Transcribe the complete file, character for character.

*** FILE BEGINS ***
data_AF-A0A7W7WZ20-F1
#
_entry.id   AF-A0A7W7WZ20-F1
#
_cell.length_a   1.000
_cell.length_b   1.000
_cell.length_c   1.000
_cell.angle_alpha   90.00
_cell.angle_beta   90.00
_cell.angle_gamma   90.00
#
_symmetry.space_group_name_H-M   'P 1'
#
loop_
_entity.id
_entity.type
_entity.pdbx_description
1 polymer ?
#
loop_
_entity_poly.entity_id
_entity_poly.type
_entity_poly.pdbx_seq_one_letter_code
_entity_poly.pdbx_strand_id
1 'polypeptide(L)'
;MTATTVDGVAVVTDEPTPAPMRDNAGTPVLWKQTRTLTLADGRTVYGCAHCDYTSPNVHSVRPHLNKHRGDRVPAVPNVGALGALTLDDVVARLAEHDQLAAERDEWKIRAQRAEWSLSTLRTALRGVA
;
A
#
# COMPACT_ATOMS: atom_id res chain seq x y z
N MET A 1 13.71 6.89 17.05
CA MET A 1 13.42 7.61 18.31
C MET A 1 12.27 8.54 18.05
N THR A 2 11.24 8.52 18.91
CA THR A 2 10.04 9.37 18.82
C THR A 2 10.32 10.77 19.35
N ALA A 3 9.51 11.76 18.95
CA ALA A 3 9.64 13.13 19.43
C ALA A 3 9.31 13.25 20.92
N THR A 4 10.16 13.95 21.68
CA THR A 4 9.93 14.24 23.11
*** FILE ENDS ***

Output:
data_AF-A0A7W7WZ20-F1
#
_entry.id   AF-A0A7W7WZ20-F1
#
_cell.length_a   1.000
_cell.length_b   1.000
_cell.length_c   1.000
_cell.angle_alpha   90.00
_cell.angle_beta   90.00
_cell.angle_gamma   90.00
#
_symmetry.space_group_name_H-M   'P 1'
#
loop_
_entity.id
_entity.type
_entity.pdbx_description
1 polymer ?
#
loop_
_entity_poly.entity_id
_entity_poly.type
_entity_poly.pdbx_seq_one_letter_code
_entity_poly.pdbx_strand_id
1 'polypeptide(L)'
;MTATTVDGVAVVTDEPTPAPMRDNAGTPVLWKQTRTLTLADGRTVYGCAHCDYTSPNVHSVRPHLNKHRGDRVPAVPNVGALGALTLDDVVARLAEHDQLAAERDEWKIRAQRAEWSLSTLRTALRGVA
;
A
#
# COMPACT_ATOMS: atom_id res chain seq x y z
N MET A 1 13.71 6.89 17.05
CA MET A 1 13.42 7.61 18.31
C MET A 1 12.27 8.54 18.05
N THR A 2 11.24 8.52 18.91
CA THR A 2 10.04 9.37 18.82
C THR A 2 10.32 10.77 19.35
N ALA A 3 9.51 11.76 18.95
CA ALA A 3 9.64 13.13 19.43
C ALA A 3 9.31 13.25 20.92
N THR A 4 10.16 13.95 21.68
CA THR A 4 9.93 14.24 23.11